woman. I hate work of any kind,
and making a raft is hard work."
"I'll give you my em'rald ring," promised
"No; I don't
care for emeralds. If it were
a ruby, which is the
color I like best, I might work
a little while."
"I've got some Square Meal
Tablets," said the Scarecrow. "Each
one is the same as a dish of
soup, a fried fish, a mutton
pot-pie, lobster salad, charlotte
russe and lemon jelly--all made
into one little tablet that you
can swallow without trouble."
"Without trouble!" exclaimed
the Quadling, much interested; "then
those tablets would be fine for
a lazy man. It's such hard work
to chew when you eat."
"I'll give you six of those
tablets if you'll help us make
a raft," promised the Scarecrow. "They're
a combination of food which people
who eat are very fond of. I never
eat, you know, being straw; but
some of my friends eat regularly.
What do you say to my offer,
"I'll do it," decided the man. "I'll
help, and you can do most of
the work. But my wife has gone
fishing for red eels to-day,
so some of you will have to mind
Scraps promised to do that,
and the children were not so
shy when the Patchwork Girl sat
down to play with them. They
grew to like Toto, too, and the
little dog allowed them to pat
him on his head, which gave the
little ones much joy.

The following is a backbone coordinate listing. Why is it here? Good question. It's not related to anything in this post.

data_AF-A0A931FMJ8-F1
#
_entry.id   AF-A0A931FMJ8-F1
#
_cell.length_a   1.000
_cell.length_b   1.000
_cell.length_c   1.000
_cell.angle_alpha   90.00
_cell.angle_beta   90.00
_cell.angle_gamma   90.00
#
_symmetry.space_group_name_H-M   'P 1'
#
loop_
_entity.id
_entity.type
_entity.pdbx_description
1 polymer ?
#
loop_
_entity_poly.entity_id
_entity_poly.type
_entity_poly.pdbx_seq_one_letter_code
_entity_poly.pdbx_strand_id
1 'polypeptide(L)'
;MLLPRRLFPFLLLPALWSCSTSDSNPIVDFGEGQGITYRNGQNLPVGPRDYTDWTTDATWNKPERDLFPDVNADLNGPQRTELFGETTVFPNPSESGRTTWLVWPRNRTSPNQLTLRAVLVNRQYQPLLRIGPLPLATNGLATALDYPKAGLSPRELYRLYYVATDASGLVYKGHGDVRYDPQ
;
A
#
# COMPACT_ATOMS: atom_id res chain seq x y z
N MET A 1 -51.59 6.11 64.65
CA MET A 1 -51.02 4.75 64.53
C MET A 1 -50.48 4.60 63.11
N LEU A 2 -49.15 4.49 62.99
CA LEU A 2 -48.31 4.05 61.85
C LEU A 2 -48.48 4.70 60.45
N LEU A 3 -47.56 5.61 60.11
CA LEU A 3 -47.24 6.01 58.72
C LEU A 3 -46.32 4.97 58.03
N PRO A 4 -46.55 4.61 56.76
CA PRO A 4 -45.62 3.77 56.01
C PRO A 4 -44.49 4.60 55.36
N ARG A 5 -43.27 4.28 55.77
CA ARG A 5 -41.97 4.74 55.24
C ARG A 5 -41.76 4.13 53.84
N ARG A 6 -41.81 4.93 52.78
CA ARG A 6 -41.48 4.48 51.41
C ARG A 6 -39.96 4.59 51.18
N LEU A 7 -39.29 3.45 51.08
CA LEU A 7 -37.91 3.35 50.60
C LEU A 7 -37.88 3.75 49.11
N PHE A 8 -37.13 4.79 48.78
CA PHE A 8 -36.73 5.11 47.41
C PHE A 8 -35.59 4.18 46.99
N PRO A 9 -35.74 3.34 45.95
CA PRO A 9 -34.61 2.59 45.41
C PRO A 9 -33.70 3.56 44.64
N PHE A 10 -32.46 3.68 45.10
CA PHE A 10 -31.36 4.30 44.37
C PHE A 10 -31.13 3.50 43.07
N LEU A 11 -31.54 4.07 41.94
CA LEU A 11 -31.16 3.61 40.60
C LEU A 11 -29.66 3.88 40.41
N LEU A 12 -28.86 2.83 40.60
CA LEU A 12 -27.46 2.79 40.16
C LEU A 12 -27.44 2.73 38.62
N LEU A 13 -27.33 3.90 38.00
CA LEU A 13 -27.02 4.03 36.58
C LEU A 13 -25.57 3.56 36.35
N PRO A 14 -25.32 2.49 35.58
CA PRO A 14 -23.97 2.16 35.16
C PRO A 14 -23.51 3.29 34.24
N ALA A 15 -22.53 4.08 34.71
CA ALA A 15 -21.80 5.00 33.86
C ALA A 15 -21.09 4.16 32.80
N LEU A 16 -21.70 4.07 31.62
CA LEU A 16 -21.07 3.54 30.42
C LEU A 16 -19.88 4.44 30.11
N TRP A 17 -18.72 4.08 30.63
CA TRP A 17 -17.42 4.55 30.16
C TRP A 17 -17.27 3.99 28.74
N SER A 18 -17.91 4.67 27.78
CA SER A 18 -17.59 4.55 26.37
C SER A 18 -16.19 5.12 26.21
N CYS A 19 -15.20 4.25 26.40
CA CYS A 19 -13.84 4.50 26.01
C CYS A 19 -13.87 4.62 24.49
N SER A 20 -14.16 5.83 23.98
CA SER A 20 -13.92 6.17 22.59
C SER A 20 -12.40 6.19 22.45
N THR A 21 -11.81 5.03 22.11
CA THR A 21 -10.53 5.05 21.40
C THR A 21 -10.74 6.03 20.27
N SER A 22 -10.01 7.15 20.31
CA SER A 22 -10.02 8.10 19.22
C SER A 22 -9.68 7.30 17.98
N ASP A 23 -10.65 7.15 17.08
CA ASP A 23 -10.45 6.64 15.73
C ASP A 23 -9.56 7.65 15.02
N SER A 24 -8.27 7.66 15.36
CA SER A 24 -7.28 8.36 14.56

There were a number of fallen
trees near the house and the
Quadling got his axe and chopped
them into logs of equal length.
He took his wife's clothesline
to bind these logs together,
so that they would form a raft,
and Ojo found some strips of
wood and nailed them along the
tops of the logs, to render them
more firm. The Scarecrow and
Dorothy helped roll the logs
together and carry the strips
of wood, but it took so long
to make the raft that evening
came just as it was finished,
and with evening the Quadling's
wife returned from her fishing.
The woman proved to be cross
and bad-tempered, perhaps because
she had only caught one red eel
during all the day. When she
found that her husband had used
her clothesline, and the logs
she had wanted for firewood,
and the boards she had intended
to mend the shed with, and a
lot of gold nails, she became
very angry. Scraps wanted to
shake the woman, to make her
behave, but Dorothy talked to
her in a gentle tone and told
the Quadling's wife she was a
Princess of Oz and a friend of
Ozma and that when she got back
to the Emerald City she would
send them a lot of things to
repay them for the raft, including
a new clothesline. This promise
pleased the woman and she soon
became more pleasant, saying
they could stay the night at
her house and begin their voyage
on the river next morning.
This they did, spending a pleasant
evening with the Quadling family
and being entertained with such
hospitality as the poor people
were able to offer them. The
man groaned a good deal and said
he had overworked himself by
chopping the logs, but the Scarecrow
gave him two more tablets than
he had promised, which seemed
to comfort the lazy fellow.